Adaptive Services for Community-Driven Behavioral and Environmental Monitoring to Induce Change: CitiSense

CitiSense is a new kind of "citizen infrastructure" to monitor pollution and environmental conditions that users are exposed to in their daily lives in San Diego County. The system includes mobile phones and affordable, small sensors placed in the environment and carried by users, to collect data about pollutants such as ozone and carbon monoxide. The data is then used to provide real-time feedback to users and allow them to change their behavior for increased health and life quality. The data can also be shared with the back-end cyber infrastructure for further processing, modeling and learning, helping other stakeholders of the system better understand how diseases develop and to help coordinate efforts within a user's community to improve conditions. CitiSense differentiates from previous projects of this sort in that it includes the design of a complete system that addresses issues of mobile power management, data security, privacy, inference with commodity sensors, and integration into a highly extensible and adaptive infrastructure comprising of Open Rich Services. » Visit Website

Cyberinfrastructure for Comparative Effectiveness Research (CYCORE)

CYCORE is a research project to improve cancer therapies by developing better tools to measure their effectiveness in clinical trials. This GO award is for $4 million over 2 years and has partially funded 29 researchers. CYCORE’s mission is to build a hardware and software system that optimizes the range of data included in comparative effectiveness research in cancer. CYCORE will integrate health-behavior and environmental monitoring data with biological sensing and electronic medical records (EMRs), obtained during clinical trials. » Visit Website

Personal Activity and Location Measurement System (PALMS)

PALMS is a fully integrated measurement system that is capable of estimating Physical Activity Energy Expenditure (PAEE) by combining: activity data collected by accelerometers; heart rate collected by heart rate monitors; and location data collect by GPS data loggers. The system provides significant advantages over previously-available measurement approaches and contributes to understanding relationships between PAEE, the environment, and health-related factors at the individual and population level. PALMS is a Web-based application that supports data collection and analysis for multiple studies among multiple researchers across various disciplines. PALMS was designed to promote data sharing across the public, private and academic domains. The project was funded by the National Institutes of Health (NIH) under the Genes, Environment and Health Initiative (GEI), a collaboration between geneticists and environmental scientists. » Visit Website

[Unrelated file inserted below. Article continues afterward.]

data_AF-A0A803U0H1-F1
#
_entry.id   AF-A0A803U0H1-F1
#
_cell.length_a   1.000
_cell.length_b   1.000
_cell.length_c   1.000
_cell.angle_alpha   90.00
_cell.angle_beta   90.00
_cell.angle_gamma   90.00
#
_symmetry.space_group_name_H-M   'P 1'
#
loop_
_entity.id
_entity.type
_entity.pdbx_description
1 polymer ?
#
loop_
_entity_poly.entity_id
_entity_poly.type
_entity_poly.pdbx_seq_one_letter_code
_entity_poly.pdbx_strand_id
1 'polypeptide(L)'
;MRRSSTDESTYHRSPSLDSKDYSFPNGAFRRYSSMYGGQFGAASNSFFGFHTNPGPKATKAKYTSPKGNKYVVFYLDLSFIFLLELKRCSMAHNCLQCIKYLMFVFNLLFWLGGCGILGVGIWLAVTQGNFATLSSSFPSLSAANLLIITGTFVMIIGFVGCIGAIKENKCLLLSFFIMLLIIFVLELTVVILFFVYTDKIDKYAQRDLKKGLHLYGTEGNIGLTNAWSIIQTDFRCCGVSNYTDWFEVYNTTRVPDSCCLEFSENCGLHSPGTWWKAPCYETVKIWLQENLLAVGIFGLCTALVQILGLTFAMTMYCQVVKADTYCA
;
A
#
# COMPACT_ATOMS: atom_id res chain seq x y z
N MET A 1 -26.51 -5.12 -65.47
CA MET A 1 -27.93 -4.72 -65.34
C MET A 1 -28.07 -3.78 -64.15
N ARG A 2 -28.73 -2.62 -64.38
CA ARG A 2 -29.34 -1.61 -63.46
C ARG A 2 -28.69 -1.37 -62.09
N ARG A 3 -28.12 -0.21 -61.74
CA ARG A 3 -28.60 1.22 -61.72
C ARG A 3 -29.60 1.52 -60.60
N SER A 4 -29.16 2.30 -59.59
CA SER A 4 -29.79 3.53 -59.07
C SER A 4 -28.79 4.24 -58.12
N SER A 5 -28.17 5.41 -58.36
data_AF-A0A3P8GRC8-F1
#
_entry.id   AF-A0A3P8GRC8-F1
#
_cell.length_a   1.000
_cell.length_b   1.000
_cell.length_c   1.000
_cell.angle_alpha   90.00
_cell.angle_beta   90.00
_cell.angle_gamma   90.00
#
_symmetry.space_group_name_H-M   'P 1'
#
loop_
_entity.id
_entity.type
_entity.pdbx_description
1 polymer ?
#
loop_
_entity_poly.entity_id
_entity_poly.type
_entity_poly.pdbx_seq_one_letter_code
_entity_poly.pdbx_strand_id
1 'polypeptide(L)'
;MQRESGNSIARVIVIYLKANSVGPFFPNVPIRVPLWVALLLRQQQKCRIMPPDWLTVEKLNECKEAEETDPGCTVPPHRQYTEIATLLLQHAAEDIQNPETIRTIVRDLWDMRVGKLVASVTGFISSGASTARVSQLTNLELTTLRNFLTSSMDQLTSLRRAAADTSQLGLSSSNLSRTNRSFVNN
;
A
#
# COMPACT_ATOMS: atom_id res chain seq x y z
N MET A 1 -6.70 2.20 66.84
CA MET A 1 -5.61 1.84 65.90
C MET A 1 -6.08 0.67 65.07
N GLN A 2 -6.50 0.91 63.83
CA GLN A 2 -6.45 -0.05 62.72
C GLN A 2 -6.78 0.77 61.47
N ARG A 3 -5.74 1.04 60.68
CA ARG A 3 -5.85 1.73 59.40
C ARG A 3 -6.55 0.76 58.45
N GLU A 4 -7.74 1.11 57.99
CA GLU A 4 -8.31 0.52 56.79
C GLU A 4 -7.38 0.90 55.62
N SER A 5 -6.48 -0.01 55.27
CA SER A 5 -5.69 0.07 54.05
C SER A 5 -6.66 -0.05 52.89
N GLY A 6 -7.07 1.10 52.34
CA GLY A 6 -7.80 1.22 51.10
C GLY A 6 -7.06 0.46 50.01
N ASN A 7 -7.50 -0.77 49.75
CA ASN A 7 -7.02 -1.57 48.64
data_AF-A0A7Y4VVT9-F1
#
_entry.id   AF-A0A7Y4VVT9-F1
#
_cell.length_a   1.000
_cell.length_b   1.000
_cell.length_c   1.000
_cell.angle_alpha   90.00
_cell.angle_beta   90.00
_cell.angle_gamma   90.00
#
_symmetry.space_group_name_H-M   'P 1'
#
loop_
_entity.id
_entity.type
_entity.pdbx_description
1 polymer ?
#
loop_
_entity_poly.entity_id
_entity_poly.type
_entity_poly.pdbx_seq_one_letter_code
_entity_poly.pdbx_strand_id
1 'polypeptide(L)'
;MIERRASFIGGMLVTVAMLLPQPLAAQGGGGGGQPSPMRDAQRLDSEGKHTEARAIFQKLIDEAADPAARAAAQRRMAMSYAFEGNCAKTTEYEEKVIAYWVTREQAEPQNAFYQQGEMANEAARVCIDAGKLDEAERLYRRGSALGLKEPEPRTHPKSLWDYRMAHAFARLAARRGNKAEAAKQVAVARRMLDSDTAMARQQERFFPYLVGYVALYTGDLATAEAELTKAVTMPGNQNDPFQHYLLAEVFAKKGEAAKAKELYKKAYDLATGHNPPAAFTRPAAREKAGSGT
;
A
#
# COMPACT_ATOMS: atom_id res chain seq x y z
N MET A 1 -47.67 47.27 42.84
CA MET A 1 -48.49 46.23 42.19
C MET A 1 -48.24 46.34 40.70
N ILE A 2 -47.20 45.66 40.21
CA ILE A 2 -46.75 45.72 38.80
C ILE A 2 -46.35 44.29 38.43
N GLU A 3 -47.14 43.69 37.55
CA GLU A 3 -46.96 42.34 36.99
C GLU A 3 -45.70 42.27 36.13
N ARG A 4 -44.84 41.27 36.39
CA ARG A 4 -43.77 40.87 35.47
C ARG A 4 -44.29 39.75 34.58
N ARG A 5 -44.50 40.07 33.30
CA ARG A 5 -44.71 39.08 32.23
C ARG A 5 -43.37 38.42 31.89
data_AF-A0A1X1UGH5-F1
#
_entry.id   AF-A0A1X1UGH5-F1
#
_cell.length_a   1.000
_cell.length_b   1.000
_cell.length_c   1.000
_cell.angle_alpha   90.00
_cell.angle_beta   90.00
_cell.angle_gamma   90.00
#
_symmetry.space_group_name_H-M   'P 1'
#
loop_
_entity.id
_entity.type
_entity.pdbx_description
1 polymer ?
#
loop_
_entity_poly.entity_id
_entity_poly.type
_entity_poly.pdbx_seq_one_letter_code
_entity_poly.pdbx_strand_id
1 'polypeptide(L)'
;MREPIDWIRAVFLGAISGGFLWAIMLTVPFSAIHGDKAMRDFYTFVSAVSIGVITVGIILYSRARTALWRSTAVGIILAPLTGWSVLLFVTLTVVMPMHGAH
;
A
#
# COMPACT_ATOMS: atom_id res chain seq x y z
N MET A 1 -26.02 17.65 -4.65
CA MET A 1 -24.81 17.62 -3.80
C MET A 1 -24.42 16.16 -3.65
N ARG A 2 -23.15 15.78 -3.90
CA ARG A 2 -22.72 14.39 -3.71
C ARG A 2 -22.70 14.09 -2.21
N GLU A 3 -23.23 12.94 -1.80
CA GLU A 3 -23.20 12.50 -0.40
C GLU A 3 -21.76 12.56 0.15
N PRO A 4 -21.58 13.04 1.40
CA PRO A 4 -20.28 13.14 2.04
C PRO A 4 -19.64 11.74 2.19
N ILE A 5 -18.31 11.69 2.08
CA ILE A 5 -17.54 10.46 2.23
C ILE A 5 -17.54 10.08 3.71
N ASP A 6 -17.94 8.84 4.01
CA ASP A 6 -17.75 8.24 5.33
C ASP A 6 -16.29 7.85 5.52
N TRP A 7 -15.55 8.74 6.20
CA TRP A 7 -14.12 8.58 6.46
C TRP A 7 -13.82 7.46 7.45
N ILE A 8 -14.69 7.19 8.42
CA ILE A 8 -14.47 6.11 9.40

Integrating Data for Analysis, Anonymization, and Sharing (iDASH)

Contemporary biomedical and behavioral research increasingly demands access to data-intensive computational resources. While U.S. investments in information technology assets have created a rich national fabric to accelerate research, the number of bioscience researchers without these tools is increasing. By integrating secure, de-identified data for analysis, anonymization, and sharing, iDASH is narrowing the gap by extending its open-source, community-serving resources more broadly to biomedical, clinical, and informatics communities at universities, medical schools, and hospitals nationwide. Created as a National Center for Biomedical Computing (NCBC) under the auspices of the NIH Roadmap for Bioinformatics and Computational Biology, iDASH is a Biomedical Cyberinfrastructure (BCI) that provides innovative services, algorithms, open-source software, and data storage as well as training. » Visit Website